Posted 24th Jul
Following on from our previous blog on how buyers identify their own interests in procurement negotiations , we now turn to understanding our suppliers’ interests.
Sometimes, what the supplier is interested in is of little interest to us; the relationship may be very distant, the marketplace acts as a trading system, or we have so much power that we choose to ignore the suppliers interests.
However, and even in the last case, it remains important to understand what the other side of this commercial relationship is interested in, as this may hold the key both to a successful negotiation, but also to a well-founded long term relationship.
Examples of businesses ignoring suppliers interests are many. The most basic example is institutional flaunting of payment terms, sometimes for justified reasons, but more often because of systems in place which have become successful slowing down cashflow to suppliers. On the buying side (not just the purchasing organization, but the various parts of the organization which are involved in a purchase, including the specifiers, accounts payable, purchasing, legal, the recipient of the product or service) we need to recognise that the ability to provide money to our suppliers in a timely way for delivered products and services is a fundamental part of the relationship in place. The supplier has an interest in that working well, as if it does not there is a need to finance the missing cash until it turns up.
Beyond that most fundamental part of a commercial transaction, built into the formation of a contract, there are other interests which are useful to understand. Sales cycles and bonuses are worth recognising, as they can drive urgency towards a particular sale, which may not exist on our side. Equally, there may be particular benefits and emphasis on some areas of a product or service which, if added in, give substantial benefit to the sales team.
Other areas of interest can be identified from press reporting or company reports. A focus into a new marketplace, either by product type or by geography, can be an area of interest which, if we can help satisfy it, will provide a greater need for co-operation with our interests. Similarly, if there is a supplier interest in having a client for a new product or service offering, that can also provide us with benefit.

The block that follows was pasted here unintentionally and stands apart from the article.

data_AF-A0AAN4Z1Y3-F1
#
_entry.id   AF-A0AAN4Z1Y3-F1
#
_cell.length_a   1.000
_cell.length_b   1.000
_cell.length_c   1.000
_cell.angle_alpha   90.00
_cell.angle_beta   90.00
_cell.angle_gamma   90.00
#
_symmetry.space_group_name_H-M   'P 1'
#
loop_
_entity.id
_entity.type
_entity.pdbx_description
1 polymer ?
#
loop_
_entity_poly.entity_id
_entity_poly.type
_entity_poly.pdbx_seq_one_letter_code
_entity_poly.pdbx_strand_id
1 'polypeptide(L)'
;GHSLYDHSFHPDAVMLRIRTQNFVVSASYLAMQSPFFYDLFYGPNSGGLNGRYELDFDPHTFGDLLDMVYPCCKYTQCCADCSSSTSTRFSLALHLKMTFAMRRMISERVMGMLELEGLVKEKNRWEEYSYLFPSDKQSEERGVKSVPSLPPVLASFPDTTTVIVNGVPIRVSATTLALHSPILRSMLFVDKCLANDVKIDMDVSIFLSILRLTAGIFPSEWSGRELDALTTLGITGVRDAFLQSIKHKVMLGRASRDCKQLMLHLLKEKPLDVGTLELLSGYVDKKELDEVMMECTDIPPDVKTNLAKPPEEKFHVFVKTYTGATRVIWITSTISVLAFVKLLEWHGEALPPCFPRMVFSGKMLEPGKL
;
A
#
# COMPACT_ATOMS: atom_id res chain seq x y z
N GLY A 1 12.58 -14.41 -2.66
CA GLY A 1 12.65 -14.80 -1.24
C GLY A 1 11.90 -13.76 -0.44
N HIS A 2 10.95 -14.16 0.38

The issue, then, is how we identify the areas of interest which the supplier has prior to a negotiation. There are a relatively small number of areas to explore, in the areas of basic supplier research, and also the more obvious approach of asking them what they are interested in.
Supplier research is a short process where we identify the key areas of information which we need. We often see procurement teams approaching this without a clear idea of why it is important. Once again, the need to develop insights from the information gathered is the primary purpose, and in this case, the insights we are aiming to develop are an understanding of the [possible interests which a supplier has, taken from a broader analysis of their business and our current knowledge of their approaches.
Getting an understanding of what their interests are through discussion can be faster. The sales team, key account managers or friendly executives should be able to express more clearly the sorts of areas they are actually interested in meeting. As with our own businesses, there may be different views available from different individuals and as such we need to be diligent in tracking this down and building a broader picture of those interests.
Once we have a view of this, we are able to test for alignment with our own interests. Where there are common factors, it can make for open discussions. However, there are often areas in which the interests are misaligned, but one party can help the other at little cost or effort to itself. Seeking these areas can provide a dramatic offer of value to one side at little cost to the other, which is a powerful negotiation tactic in itself.
There is a tactical challenge in this whole approach; we need to get used to the idea of seeking and exploring the interests of the other side, as a way of benefitting ourselves. This can seem counter intuitive, but in reality it is not. We know from our personal relationships that being interested in only our areas and not interested in the other side is a way of having a poor evening out. Embracing others interests is a powerful way to engage in a negotiation.
Our next blog will look at the supply market and its impact on negotiations.
To find out more about our approach to negotiation, please contact us at www.futurepurchasing.com/contact
Tagged by topic: Negotiation
by Mark Hubbard